I know, I shouldn't keep skimming the cream from No Minor Chords
, it's the kind of parasitical procedure that gives bloggers a bad name. Try and stop me! Damn the torpedoes! Here's the uber-anecdote from André Previn's memoir, which so effectively encapsulates the author's love-hate relationship with Hollywood vulgarity that he named the book after it.
He was the model for Scott Fitzgerald's Last Tycoon, and is generally held to have been an awesome figure of intellect, taste, and drive, and the old-timers in Hollywood still speak of him as a sort of combination Ziegfield and Teilhard de Chardin. It is entirely possible that he was a beacon of enlightenment but when it came to music his fund of information was minuscule. One day, the story goes, he was in his projection room running a new MGM film when something on the sound track bothered him. "What is that?" he asked irritably into the darkness. "What is that in the music? It's awful, I hate it!"
The edge in his voice required an answer, even if that answer was untainted by knowledge. One of his minions leaped forward. "That's a minor chord, Mr. Thalberg," he offered. The next day, an inter-office memo arrived in the music department with instructions to post it conspicuously. It read as follows: "From the above date onward, no music in an MGM film is to contain a 'minor chord'." Signed, "IRVING THALBERG." When I left the studio for the last time, twenty-five years after this missive's arrival, it was still on the wall in the music department, under glass and heavily bolted. I must now confess that I actually tried to get the thing off the wall with a heavy-duty screwdriver, but nothing would budge the rusted screws.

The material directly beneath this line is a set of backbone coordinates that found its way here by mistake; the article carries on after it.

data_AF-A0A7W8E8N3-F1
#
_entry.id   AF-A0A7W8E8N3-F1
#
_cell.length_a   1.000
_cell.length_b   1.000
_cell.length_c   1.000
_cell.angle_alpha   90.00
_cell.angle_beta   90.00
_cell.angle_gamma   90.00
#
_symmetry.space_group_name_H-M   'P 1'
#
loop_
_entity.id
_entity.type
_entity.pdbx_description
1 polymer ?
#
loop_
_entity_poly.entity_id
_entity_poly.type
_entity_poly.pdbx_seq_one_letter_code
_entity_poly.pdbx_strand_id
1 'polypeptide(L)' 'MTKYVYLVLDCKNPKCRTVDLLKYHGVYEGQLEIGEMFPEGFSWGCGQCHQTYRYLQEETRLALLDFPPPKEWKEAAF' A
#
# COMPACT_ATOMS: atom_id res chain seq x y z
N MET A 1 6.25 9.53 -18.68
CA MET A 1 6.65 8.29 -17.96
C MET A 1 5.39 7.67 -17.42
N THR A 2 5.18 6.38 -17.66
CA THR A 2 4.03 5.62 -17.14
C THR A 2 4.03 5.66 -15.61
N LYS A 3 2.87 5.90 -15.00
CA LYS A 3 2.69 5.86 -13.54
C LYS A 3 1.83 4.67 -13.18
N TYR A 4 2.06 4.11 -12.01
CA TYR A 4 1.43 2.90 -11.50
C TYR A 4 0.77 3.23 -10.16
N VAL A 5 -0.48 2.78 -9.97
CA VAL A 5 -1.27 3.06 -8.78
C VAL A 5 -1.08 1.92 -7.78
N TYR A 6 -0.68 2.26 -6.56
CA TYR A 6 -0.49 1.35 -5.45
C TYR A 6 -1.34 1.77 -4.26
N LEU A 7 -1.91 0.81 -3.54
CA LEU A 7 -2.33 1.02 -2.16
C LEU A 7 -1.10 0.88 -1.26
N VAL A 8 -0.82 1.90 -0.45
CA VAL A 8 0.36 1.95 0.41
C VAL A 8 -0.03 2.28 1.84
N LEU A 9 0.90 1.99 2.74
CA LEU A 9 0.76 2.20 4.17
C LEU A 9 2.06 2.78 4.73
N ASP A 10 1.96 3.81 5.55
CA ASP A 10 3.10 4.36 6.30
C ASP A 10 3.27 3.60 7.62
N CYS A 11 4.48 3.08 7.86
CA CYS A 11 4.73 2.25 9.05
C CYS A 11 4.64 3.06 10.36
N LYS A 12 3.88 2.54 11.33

Previn was quoted in a promotional video I saw last night, praising the excellent Orchestra of St. Luke's. I love chamber orchestras in general--you just don't get that feathery intimacy and crisp footprint from a big fat ensemble--and this one is at the top of the list. The benefit was black tie. Fifteen minutes before it was time to leave, I was groping around for my cuff links and wondering how I would get the cat hair off my tuxedo pants. I gave up, went in mufti, and felt like a 9-year-old sneaking into a circus tent. Wynton Marsalis said a few words. Barbara Feldon said a few words. Yes, that's right, Barbara Feldon, still looking and sounding remarkably like Agent 99 from Get Smart
, where her PG-rated sensuality was always at loggerheads with Don Adams's perpetual adolescence. We never grow up. The orchestra played the Marriage of Figaro
overture and was joined by mezzo Kate Lindsey for "Voi che sapete" and "Non so più cosa son" and I believe I heard a couple of minor chords in there. Mozart breaks the rules, of course, making his minor triads smile in a pained sort of way when he's so inclined. Still, Irving Thalberg was probably spinning in his grave.